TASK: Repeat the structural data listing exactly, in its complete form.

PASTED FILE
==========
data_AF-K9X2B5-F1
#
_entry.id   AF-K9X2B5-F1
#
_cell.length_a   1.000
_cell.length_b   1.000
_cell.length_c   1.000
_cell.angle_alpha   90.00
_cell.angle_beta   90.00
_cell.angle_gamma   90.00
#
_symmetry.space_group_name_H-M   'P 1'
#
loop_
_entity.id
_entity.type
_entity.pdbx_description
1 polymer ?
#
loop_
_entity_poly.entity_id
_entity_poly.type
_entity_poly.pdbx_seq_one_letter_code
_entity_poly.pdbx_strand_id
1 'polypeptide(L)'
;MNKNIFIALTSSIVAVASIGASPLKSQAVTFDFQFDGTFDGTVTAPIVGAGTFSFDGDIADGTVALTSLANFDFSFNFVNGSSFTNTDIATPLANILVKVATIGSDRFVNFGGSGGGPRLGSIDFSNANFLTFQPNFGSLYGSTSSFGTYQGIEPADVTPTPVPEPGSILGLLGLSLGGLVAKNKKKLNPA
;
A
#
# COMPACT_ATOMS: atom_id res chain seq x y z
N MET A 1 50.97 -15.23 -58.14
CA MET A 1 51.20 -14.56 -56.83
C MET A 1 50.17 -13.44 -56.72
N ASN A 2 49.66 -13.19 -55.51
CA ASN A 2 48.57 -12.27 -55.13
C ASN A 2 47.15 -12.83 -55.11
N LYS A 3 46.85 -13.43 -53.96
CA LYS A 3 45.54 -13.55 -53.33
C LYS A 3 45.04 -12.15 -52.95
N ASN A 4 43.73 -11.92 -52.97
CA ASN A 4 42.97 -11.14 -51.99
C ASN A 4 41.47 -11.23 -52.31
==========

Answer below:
data_AF-K9X2B5-F1
#
_entry.id   AF-K9X2B5-F1
#
_cell.length_a   1.000
_cell.length_b   1.000
_cell.length_c   1.000
_cell.angle_alpha   90.00
_cell.angle_beta   90.00
_cell.angle_gamma   90.00
#
_symmetry.space_group_name_H-M   'P 1'
#
loop_
_entity.id
_entity.type
_entity.pdbx_description
1 polymer ?
#
loop_
_entity_poly.entity_id
_entity_poly.type
_entity_poly.pdbx_seq_one_letter_code
_entity_poly.pdbx_strand_id
1 'polypeptide(L)'
;MNKNIFIALTSSIVAVASIGASPLKSQAVTFDFQFDGTFDGTVTAPIVGAGTFSFDGDIADGTVALTSLANFDFSFNFVNGSSFTNTDIATPLANILVKVATIGSDRFVNFGGSGGGPRLGSIDFSNANFLTFQPNFGSLYGSTSSFGTYQGIEPADVTPTPVPEPGSILGLLGLSLGGLVAKNKKKLNPA
;
A
#
# COMPACT_ATOMS: atom_id res chain seq x y z
N MET A 1 50.97 -15.23 -58.14
CA MET A 1 51.20 -14.56 -56.83
C MET A 1 50.17 -13.44 -56.72
N ASN A 2 49.66 -13.19 -55.51
CA ASN A 2 48.57 -12.27 -55.13
C ASN A 2 47.15 -12.83 -55.11
N LYS A 3 46.85 -13.43 -53.96
CA LYS A 3 45.54 -13.55 -53.33
C LYS A 3 45.04 -12.15 -52.95
N ASN A 4 43.73 -11.92 -52.97
CA ASN A 4 42.97 -11.14 -51.99
C ASN A 4 41.47 -11.23 -52.31